Your grandparents and great-grandparents faced a tough choice 84 years ago this month. Which day would they pick to observe an important holiday? Because two alternatives existed in 1939: Thanksgiving and “Franksgiving.”
And it was no laughing matter.
America was still clawing its way out of the Great Depression as the 1930s ended. True, things weren’t nearly as bad as they had been at the depths of the crisis back in 1932-34 when one out of every four adults was out of work. But there was no quick bounce back to normal, either. The recovery was slow and anemic. One push and the wobbly economy could come tumbling down.
President Franklin Roosevelt was committed to doing everything he could to encourage the turnaround, even if that meant monkeying around with tradition. He landed in hot political water for it as a result. Which is where Thanksgiving Day enters the story.
Every schoolchild knows how the Pilgrims set aside a day to give thanks for having survived their brutal first year in the New World. Our tradition grew out of that first feast. But from its earliest times, Thanksgiving was observed on different dates in different states. (For instance, the author has in his collection a letter written in December 1862 by a woman in Vermont to a friend in Massachusetts that says, “I spent the holiday with my dear husband’s family. You remember our Thanksgiving was not until a week after yours.”)
Southerners didn’t embrace Thanksgiving until the early 20th century. Having originated in New England, it was suspiciously viewed as a “Yankee holiday.” As old animosities faded, Dixie came to view the opportunity to stuff oneself with turkey every November as a good thing. By the 1930s, Thanksgiving had become a truly national celebration.
However, it wasn’t a national holiday. In fact, there wasn’t even a recognized day for it. That famous first Thanksgiving had been held in October 1621. A wide array of dates in different months were selected for the celebration over the next few decades. In 1863, president Abraham Lincoln proclaimed the last Thursday in November for the event (yet another strike against it in Southern eyes).
In 1870, Congress made Independence, Thanksgiving, Christmas, and New Year’s Days national holidays. But there was a goof in that legislation: It didn’t specify a date for Thanksgiving. Each president issued a proclamation declaring what day the holiday would be observed each year.
Which brings us to 1939: There were five Thursdays that November. The last one – the time when Thanksgiving was traditionally observed – fell on November 30. And that greatly upset the National Retail Dry Goods Association.
It wasn’t called Black Friday back then, but the day after Thanksgiving was still when the Christmas shopping season customarily started. And a December 1 kickoff meant only 23 shopping days. So, the retailers leaned hard on FDR to move up Thanksgiving to provide an extra week for consumers to spend money. Roosevelt obligingly proclaimed the 23rd as the holiday.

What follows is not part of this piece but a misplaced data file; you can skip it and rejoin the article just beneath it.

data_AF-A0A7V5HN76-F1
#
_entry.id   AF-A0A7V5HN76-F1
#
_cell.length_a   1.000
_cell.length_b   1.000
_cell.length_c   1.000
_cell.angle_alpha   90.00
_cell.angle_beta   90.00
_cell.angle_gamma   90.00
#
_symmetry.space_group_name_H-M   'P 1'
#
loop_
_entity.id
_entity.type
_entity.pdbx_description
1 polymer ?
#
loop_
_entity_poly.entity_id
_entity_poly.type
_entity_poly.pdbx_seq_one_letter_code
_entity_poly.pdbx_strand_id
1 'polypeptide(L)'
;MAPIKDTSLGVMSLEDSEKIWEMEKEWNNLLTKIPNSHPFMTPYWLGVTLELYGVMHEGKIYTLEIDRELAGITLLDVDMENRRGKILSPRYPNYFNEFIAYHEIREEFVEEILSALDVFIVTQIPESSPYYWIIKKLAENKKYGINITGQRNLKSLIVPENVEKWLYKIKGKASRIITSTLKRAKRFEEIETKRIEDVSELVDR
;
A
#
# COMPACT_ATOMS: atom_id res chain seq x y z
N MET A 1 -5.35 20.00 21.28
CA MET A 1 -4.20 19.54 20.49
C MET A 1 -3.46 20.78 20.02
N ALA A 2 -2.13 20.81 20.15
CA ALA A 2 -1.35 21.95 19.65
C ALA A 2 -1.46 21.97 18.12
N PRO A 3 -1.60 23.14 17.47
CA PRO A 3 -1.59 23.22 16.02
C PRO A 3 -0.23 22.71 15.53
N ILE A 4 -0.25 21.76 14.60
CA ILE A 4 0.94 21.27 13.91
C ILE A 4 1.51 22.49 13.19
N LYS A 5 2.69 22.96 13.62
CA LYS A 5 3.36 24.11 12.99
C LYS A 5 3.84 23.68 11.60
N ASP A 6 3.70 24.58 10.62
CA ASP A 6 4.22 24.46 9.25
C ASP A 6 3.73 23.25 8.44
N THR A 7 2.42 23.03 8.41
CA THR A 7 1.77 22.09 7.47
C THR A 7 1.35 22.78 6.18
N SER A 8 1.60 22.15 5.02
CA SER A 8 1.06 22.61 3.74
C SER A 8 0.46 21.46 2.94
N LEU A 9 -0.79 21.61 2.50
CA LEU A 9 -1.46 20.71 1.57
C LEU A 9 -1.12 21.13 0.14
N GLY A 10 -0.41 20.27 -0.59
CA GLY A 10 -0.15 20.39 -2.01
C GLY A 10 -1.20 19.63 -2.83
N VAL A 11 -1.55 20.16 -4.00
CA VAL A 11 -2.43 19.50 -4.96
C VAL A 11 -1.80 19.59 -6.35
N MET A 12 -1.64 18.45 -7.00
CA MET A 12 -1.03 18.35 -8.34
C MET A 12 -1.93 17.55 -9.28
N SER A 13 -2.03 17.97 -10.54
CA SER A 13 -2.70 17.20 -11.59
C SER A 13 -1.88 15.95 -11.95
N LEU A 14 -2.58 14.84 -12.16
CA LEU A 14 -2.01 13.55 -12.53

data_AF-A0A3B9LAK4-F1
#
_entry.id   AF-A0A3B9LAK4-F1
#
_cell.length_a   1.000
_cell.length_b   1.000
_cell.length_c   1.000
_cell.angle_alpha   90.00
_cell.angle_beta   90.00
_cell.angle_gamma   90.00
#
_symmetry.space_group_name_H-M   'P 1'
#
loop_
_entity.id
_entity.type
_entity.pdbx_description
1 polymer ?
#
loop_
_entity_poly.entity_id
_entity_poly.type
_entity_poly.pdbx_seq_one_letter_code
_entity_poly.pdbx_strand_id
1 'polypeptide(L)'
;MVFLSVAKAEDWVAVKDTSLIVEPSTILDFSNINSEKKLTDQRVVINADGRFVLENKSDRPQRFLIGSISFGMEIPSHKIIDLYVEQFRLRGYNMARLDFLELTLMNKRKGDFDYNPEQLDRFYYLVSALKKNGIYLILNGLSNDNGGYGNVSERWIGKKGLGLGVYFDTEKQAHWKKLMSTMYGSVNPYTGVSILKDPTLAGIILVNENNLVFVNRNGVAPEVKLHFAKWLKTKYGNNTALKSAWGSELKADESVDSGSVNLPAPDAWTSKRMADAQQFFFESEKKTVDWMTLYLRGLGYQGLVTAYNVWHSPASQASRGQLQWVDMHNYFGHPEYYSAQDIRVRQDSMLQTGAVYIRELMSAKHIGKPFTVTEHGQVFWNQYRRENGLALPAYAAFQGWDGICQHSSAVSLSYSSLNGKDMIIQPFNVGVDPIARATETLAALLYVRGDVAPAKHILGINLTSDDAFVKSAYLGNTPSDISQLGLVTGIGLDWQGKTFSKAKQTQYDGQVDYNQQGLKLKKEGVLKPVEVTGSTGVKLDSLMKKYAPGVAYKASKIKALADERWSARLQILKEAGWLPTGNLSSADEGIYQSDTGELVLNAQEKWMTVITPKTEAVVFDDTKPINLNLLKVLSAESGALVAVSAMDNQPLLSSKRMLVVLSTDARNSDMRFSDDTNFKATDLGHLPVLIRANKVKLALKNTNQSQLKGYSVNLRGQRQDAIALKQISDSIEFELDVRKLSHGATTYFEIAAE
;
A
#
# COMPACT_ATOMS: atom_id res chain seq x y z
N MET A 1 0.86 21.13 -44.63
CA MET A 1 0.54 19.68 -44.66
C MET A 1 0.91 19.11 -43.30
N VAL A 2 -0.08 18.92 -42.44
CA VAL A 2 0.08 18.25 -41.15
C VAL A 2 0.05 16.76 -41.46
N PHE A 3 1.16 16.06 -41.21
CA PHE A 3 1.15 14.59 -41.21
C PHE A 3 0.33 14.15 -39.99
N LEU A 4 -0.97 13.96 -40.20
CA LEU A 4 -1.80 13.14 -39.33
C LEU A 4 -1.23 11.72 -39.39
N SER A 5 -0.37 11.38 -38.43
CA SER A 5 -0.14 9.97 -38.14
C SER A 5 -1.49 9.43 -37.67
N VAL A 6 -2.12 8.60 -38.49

And then it hit the fan …
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The president’s proclamation only carried official weight in the District of Columbia. For the most part, governors usually followed the Feds’ example for their state holiday. But as with so many of Franklin Roosevelt’s other innovations, this one ripped the country in half. Opponents sneeringly labeled it “Franksgiving.”
Governors in 23 of the then-48 states went with the president’s date; 23 others stuck with the 30th. Texas and Colorado even declared both days Thanksgiving! Printed calendars were worthless in half the country.
Then as now, many families shared the holiday with loved ones who lived in other states, and the dueling dates made planning a logistical nightmare. For example, South Carolina and neighboring Georgia celebrated on the 23rd; North Carolina went with the 30th.
And that was nothing compared to the sheer mess the controversy made of the college football schedule. Coaches didn’t know whether to play games already on the calendar or to move them to a different week.
Roosevelt admitted afterward the wholesale confusion outweighed any benefits to America’s bottom line. He ultimately announced he would return to the traditional date starting in 1942. But congress beat him to the punch. Fed up with endless constituent complaints, senators and congressmen took matters into their own hands. They passed a measure establishing the fourth Thursday of every November as the Thanksgiving Day holiday. Roosevelt was only too happy to sign it and be done with the whole mess.
And so “Franksgiving” was quietly tucked away in Washington’s bulging “Seemed like a Good Idea at The Time” file.
Which is why for the last 82 years your family has only had to ask, “Who is bringing the green bean casserole this year?’ as opposed to “What day is Thanksgiving in your state this year?”
ABOUT THE AUTHOR …
J. Mark Powell is an award-winning former TV journalist, government communications veteran, and a political consultant. He is also an author and an avid Civil War enthusiast. Got a tip or a story idea for Mark? Email him at email@example.com.
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